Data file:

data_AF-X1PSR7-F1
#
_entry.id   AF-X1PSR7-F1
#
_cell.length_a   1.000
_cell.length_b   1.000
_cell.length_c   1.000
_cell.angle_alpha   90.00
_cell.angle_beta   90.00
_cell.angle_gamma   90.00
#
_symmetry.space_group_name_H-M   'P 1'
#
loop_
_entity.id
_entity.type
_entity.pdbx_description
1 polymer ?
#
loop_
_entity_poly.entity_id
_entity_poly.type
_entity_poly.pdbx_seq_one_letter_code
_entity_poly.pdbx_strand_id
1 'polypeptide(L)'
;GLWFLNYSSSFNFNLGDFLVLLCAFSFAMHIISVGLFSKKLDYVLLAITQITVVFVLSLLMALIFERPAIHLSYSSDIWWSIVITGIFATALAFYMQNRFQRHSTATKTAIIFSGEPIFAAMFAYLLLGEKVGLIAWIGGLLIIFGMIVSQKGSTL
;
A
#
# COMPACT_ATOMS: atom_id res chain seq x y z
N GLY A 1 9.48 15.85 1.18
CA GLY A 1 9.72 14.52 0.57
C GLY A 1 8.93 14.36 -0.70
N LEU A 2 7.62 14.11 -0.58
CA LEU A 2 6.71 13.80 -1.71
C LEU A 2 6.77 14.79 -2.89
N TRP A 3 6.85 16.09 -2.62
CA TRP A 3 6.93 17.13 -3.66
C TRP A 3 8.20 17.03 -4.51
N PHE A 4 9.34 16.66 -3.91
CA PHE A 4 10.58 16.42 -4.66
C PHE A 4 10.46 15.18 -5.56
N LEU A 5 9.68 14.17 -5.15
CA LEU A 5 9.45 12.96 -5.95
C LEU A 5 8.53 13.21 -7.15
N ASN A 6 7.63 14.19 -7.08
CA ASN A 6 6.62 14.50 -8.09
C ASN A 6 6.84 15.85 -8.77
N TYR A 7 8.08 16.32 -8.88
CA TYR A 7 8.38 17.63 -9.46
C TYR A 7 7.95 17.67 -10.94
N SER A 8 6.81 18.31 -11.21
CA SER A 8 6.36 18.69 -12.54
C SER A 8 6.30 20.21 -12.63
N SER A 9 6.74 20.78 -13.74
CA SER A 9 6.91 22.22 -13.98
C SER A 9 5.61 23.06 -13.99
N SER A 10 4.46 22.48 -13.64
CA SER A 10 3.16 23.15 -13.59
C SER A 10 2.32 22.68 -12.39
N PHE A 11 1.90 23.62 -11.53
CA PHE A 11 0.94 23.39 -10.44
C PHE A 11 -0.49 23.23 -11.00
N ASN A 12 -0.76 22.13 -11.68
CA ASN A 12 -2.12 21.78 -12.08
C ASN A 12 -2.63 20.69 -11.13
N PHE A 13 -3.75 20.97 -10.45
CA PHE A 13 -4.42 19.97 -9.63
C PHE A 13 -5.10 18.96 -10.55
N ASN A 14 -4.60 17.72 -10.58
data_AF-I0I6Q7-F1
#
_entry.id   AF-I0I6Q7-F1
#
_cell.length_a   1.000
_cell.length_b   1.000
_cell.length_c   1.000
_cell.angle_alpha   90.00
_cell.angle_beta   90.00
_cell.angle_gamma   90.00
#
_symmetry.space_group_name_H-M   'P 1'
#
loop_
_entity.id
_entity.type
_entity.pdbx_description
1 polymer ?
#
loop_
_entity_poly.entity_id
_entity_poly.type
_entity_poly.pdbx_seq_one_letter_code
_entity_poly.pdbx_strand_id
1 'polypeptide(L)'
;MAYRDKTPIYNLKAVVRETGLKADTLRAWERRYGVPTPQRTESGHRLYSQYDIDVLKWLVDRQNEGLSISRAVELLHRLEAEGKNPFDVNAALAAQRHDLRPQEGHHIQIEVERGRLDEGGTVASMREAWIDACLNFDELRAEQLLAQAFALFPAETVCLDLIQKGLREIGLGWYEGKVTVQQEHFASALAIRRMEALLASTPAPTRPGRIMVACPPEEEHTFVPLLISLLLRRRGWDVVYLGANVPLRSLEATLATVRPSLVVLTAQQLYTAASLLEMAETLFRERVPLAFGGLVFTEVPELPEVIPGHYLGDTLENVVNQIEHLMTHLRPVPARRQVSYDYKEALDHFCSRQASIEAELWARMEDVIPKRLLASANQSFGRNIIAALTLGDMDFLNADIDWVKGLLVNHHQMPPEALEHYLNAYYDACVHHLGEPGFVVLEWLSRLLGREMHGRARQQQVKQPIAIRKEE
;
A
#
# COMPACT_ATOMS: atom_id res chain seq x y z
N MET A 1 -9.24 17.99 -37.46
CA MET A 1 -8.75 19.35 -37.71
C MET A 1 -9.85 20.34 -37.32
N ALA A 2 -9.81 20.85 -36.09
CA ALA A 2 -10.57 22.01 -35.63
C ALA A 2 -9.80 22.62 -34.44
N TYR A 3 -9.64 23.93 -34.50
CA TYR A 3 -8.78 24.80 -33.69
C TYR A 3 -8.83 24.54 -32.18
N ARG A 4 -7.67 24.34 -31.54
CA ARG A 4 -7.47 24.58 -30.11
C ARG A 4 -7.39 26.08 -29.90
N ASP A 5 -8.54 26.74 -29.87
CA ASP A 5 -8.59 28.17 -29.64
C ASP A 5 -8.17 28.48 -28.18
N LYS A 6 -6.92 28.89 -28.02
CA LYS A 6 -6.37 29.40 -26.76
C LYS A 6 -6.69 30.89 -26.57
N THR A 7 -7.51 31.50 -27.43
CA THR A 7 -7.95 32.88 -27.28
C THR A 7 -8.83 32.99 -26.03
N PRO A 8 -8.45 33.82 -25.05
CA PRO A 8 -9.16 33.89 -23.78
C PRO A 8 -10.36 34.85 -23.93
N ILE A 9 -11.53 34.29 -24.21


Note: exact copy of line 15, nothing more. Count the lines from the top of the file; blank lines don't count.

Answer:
_entity.id